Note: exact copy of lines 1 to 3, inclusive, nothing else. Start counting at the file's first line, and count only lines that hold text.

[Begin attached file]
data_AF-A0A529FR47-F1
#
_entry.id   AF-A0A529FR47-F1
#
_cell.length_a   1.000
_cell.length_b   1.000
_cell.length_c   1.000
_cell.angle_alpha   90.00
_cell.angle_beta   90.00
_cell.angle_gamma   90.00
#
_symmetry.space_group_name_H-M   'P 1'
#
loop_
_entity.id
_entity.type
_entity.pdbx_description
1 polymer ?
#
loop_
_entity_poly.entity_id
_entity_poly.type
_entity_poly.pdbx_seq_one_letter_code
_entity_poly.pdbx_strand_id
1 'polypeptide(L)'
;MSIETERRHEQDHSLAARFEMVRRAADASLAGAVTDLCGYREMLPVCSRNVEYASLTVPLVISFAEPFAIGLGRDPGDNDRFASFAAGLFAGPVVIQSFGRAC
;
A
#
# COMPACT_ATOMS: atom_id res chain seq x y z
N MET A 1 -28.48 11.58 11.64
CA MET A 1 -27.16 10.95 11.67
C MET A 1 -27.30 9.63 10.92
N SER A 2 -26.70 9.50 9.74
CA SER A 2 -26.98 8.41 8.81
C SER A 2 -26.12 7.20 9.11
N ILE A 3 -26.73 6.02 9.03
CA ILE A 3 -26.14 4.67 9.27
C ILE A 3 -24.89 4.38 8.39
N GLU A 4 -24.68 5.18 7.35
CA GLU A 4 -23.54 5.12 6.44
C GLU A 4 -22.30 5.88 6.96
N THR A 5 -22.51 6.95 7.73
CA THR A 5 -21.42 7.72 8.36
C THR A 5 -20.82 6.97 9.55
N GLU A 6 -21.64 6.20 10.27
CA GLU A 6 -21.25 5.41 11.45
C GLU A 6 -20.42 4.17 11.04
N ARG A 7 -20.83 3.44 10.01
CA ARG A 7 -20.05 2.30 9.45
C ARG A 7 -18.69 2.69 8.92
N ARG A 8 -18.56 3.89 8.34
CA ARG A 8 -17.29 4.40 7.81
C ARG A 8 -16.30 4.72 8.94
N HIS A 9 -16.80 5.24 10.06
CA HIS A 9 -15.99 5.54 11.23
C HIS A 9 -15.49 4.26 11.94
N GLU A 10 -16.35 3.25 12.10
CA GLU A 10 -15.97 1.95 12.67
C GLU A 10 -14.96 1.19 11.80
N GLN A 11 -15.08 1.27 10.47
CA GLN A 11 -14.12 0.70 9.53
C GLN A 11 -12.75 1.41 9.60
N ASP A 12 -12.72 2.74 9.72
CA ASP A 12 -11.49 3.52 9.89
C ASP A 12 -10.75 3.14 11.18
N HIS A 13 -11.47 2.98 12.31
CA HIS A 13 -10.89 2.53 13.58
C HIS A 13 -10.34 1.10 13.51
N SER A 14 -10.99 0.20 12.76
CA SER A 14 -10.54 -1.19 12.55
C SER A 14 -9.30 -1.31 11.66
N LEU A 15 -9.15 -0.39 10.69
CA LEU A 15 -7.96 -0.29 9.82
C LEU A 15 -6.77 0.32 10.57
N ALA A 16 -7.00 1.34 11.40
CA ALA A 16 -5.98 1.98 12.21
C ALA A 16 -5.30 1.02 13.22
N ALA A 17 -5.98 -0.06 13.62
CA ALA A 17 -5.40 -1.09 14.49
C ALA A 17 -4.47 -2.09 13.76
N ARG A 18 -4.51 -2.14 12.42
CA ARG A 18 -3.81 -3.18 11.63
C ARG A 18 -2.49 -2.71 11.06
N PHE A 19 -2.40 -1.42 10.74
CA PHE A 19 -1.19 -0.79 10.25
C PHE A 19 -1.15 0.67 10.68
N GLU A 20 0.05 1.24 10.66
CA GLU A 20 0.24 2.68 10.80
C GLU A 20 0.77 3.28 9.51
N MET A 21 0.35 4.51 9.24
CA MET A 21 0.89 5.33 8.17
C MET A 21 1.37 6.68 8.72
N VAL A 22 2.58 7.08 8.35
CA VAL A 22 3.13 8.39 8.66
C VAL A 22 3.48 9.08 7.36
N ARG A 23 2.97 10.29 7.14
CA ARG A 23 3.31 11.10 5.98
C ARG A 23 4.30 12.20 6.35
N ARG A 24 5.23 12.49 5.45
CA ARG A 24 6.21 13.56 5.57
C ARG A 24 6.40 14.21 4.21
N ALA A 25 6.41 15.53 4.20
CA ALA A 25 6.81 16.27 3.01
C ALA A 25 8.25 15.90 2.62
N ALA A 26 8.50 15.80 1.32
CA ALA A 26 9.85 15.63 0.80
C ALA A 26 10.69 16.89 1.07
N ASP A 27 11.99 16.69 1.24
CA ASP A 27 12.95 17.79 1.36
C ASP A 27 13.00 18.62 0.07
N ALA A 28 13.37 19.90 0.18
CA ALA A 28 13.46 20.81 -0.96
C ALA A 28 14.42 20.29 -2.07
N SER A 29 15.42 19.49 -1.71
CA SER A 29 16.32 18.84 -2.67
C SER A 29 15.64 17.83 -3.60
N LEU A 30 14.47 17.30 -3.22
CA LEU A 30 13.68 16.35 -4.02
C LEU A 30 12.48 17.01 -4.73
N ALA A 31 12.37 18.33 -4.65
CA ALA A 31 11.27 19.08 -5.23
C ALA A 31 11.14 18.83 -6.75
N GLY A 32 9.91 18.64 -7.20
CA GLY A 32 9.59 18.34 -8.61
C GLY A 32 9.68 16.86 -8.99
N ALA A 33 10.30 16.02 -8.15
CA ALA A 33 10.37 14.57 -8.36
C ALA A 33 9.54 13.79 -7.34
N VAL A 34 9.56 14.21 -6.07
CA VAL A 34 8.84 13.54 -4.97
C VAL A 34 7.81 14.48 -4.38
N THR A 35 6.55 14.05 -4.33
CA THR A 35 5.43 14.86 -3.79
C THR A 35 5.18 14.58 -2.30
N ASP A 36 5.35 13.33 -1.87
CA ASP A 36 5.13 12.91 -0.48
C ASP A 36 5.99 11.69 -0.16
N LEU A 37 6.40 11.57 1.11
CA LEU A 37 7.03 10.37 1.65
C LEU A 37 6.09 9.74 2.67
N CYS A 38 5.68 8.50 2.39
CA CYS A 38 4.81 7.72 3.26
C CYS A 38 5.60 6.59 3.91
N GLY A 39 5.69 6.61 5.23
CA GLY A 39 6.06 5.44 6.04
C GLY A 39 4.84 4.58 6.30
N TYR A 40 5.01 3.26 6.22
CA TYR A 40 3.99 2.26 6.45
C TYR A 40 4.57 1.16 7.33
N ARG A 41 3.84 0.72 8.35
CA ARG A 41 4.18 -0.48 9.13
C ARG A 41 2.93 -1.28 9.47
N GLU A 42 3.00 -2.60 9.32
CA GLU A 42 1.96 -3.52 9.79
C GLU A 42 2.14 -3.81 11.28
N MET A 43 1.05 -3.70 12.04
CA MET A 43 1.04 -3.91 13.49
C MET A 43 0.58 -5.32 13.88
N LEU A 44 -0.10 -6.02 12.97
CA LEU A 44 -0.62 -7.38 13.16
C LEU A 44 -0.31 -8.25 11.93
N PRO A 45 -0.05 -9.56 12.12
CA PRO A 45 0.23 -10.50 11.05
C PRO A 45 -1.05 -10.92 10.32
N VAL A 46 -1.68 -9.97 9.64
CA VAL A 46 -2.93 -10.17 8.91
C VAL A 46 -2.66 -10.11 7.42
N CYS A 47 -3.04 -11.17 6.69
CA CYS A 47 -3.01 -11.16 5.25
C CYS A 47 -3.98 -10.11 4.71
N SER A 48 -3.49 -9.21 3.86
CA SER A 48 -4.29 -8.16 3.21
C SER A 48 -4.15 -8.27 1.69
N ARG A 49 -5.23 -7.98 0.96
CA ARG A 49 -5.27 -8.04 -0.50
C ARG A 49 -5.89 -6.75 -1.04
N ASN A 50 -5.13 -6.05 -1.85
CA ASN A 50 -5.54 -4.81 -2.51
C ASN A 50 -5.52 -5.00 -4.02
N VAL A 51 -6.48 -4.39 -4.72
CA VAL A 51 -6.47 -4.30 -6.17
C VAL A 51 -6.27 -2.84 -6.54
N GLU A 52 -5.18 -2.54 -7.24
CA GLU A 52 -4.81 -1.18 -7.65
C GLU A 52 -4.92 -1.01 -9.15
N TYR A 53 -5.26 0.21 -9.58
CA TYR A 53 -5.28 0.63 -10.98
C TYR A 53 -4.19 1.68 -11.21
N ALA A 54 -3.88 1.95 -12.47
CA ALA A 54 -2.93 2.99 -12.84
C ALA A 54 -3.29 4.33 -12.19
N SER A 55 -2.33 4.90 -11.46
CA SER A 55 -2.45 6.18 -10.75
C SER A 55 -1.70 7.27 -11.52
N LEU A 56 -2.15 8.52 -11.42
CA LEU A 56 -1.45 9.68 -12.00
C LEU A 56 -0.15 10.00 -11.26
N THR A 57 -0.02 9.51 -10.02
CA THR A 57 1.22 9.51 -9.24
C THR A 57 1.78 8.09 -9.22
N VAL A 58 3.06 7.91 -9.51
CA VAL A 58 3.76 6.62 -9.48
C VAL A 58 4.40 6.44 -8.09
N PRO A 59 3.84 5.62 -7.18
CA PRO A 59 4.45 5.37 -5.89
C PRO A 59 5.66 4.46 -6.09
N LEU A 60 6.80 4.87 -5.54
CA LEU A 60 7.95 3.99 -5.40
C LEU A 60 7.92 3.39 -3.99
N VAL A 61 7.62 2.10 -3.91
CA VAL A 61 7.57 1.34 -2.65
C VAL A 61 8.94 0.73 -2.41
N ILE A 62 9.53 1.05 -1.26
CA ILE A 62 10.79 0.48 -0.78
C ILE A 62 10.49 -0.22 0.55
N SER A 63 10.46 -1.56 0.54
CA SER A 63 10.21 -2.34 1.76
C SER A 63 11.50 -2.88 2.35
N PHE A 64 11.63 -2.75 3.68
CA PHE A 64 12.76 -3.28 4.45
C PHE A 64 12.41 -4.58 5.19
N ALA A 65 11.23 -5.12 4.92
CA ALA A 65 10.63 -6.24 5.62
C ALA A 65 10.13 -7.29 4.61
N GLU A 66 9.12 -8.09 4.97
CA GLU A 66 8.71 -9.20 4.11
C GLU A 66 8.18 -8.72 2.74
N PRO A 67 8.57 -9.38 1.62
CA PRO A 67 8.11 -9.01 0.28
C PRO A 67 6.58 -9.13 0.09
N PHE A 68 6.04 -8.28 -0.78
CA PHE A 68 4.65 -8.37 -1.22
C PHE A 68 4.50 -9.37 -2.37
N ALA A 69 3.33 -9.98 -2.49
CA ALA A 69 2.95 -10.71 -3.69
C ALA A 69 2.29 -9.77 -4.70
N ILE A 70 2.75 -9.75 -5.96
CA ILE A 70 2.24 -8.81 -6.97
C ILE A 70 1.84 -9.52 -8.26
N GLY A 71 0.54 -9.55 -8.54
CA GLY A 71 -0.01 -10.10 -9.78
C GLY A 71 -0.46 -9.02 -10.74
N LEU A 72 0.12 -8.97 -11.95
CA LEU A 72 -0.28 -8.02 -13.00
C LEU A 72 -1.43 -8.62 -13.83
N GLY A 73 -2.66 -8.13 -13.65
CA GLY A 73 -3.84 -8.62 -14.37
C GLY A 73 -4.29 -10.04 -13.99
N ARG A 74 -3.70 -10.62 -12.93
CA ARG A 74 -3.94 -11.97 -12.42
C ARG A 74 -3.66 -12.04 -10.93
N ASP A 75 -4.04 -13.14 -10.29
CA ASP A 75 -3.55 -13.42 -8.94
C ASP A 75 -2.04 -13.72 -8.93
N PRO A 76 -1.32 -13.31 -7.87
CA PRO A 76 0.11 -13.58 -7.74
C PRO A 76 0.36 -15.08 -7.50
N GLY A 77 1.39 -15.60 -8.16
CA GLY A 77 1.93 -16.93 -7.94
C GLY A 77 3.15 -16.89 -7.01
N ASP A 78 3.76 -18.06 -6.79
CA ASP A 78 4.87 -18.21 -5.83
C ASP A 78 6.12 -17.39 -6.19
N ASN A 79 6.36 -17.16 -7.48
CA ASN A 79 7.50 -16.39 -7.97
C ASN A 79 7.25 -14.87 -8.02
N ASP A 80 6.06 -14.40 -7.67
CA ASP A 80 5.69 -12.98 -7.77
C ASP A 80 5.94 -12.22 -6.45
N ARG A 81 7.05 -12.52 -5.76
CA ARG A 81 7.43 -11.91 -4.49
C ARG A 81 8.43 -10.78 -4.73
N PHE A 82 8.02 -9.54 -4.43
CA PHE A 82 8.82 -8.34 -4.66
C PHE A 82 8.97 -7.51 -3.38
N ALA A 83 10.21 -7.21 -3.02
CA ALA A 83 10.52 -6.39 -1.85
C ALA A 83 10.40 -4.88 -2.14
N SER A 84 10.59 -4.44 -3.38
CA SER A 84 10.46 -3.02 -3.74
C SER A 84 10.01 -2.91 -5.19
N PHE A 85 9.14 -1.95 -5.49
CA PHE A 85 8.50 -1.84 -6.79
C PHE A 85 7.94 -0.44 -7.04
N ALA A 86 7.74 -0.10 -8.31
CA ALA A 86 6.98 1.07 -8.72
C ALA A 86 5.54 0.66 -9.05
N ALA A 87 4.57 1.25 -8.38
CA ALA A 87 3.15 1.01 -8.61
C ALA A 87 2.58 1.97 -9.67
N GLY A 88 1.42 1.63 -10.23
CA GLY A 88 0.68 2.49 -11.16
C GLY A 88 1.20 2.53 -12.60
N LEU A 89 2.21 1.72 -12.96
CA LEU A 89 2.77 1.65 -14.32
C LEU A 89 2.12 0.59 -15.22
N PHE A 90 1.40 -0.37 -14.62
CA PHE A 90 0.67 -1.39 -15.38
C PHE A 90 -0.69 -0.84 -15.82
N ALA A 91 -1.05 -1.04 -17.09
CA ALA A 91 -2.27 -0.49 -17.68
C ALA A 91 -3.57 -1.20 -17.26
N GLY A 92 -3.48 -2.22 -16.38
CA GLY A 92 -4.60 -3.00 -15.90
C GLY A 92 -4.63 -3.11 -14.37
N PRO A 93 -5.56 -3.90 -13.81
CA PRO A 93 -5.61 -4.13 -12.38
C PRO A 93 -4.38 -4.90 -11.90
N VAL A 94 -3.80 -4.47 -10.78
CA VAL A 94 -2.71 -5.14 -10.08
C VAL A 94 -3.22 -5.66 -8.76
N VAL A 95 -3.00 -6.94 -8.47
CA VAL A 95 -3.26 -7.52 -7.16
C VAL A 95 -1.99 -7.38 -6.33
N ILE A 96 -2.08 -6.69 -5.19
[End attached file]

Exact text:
data_AF-A0A529FR47-F1
#
_entry.id   AF-A0A529FR47-F1